Horror has utilized the time-loop device with great success over the years, largely because the genre has urgent, pre-installed stakes like no other. A recent example is the Happy Death Day series, and before that was the lesser seen Triangle. Now comes Re/Member, a Japanese teen-horror movie based on Welzard‘s manga Body Search (Karada Sagashi). In Netflix’s latest acquisition, six hapless high-schoolers are doomed to live one day over and over until they can finish a supernatural game.
After the unmistakably sinister opening scene shows a child meeting the sharp end of an ax, the audience is hit with a montage of non-Japanese footage and newspaper clippings that lay out the rules for Body Search. The game in question then begins with protagonist Asuka (Kanna Hashimoto) coming across a child at school, asking her to find her body. From there the movie introduces the other unfortunate teens doomed to relive this particular Wednesday until they can reassemble the unknown victim’s remains.
Every night, Asuka and her unlikely teammates scour the campus in search of the dead child’s body parts. Their progress isn’t undone with every reset, but someone called the Red Person makes their task feel almost impossible. The bloodied young girl comes after the contestants, brutally murdering them until the last life taken restarts the entire process.
Like with other similar stories, the constant rebooting can lead to fatigue on the audience’s part. Re/Member abbreviates the whole process of characters questioning their déjà vu and so on, but the repetition is no less tiring. It doesn’t help that the characters themselves aren’t all that interesting to begin with. Asuka is defined by her pathetic disposition, and there are times the movie almost matched her lack of spirit. Then there are the usual suspects in these “from different walks of life” kinds of movies; the jock, the emo, the nerd, overachiever and the bad girl are all accounted for. They each practice heroics to make them more likable, but that’s as deep as their individual personalities go.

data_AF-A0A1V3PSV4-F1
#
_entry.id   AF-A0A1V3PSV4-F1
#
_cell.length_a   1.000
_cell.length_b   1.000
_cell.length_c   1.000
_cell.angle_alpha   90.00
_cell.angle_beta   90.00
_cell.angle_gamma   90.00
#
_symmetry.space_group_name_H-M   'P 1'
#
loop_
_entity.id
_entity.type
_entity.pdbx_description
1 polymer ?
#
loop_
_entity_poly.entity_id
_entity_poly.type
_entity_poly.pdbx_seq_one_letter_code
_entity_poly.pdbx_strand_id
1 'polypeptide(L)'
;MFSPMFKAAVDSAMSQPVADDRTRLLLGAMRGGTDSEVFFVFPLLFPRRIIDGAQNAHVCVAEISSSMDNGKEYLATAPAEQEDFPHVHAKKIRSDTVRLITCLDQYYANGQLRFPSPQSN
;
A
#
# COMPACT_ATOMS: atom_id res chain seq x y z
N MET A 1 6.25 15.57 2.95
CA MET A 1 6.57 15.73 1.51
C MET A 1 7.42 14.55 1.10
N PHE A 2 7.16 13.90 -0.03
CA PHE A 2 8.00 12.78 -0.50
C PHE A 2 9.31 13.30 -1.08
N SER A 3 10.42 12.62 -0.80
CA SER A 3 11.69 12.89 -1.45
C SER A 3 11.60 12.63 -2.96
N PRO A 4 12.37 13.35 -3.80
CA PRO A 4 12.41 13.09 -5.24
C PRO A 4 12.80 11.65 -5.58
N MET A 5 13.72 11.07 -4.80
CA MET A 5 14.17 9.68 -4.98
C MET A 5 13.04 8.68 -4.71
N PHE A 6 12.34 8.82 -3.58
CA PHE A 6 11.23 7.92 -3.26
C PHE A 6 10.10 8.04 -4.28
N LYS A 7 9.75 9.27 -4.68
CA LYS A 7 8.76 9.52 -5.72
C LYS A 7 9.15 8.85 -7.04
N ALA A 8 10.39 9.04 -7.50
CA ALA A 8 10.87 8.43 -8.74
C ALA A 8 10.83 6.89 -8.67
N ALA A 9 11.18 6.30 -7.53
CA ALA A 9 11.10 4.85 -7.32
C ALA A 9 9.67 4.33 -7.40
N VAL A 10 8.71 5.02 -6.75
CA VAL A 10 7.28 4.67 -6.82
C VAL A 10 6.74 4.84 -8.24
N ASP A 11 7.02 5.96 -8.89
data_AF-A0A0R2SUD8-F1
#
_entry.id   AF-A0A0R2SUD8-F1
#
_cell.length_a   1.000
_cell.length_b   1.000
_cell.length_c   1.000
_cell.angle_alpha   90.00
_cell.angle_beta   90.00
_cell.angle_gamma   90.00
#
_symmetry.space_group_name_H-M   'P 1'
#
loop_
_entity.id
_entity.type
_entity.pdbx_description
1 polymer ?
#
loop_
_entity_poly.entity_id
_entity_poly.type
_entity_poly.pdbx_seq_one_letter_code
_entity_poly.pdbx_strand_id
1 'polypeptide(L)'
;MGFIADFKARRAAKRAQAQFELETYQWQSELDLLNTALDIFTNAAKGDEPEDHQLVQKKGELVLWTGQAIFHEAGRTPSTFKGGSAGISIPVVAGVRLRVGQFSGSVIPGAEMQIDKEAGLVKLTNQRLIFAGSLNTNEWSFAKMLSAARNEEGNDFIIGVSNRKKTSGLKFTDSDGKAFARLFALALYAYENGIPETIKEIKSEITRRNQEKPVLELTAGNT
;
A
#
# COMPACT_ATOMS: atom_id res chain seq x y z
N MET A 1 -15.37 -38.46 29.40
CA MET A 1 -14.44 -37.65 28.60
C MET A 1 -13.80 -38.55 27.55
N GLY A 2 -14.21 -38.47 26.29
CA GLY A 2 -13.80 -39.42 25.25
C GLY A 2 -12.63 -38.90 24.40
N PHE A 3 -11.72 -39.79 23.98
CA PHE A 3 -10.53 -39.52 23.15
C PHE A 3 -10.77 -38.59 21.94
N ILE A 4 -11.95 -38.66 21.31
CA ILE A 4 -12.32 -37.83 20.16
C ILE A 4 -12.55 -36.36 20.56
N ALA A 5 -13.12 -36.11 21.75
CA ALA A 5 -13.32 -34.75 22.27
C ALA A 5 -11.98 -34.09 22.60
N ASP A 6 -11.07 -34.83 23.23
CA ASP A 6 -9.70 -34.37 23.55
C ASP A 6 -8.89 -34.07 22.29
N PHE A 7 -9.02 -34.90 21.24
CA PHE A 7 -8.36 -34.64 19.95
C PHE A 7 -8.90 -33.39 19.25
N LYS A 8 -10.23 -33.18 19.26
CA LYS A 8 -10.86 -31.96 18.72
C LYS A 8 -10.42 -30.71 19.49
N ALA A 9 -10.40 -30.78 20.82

While another time-loop movie might fixate on the logistics of its temporal dilemma, Re/Member focuses on the journey. This story also glosses over explanations in favor of thrills and superficial drama. That choice might not work for everyone, but Eiichirō Hasumi‘s movie knows its strengths. The nocturnal gameplay produces a handful of nightmarish sequences where the teens are hunted down by the Red One. It’s a more concentrated version of the slasher formula. These scenes are generous with the bloodletting, and the eye-catching special effects elevate the movie’s overall entertainment value.
Once the contestants are almost at the finish line, the movie tests the audience’s patience in the most obnoxious way imaginable. The decision was obviously made to prolong the drama and make the conclusion more climactic, but really it comes across as forced. The script as a whole could have used more fine-tuning.
Re/Member works best when resting on its horror aspects rather than the actual drama. Even by manga standards the shoehorned romance isn’t compelling. The game itself is by and far the most intriguing element here, though not enough of its mythos is clearly stated by the movie’s end. Maybe a sequel is in order. Nevertheless, J-Horror is in need of new blood, and with a few tweaks or maybe a shift to television, Re/Member has the potential for an exciting new franchise.
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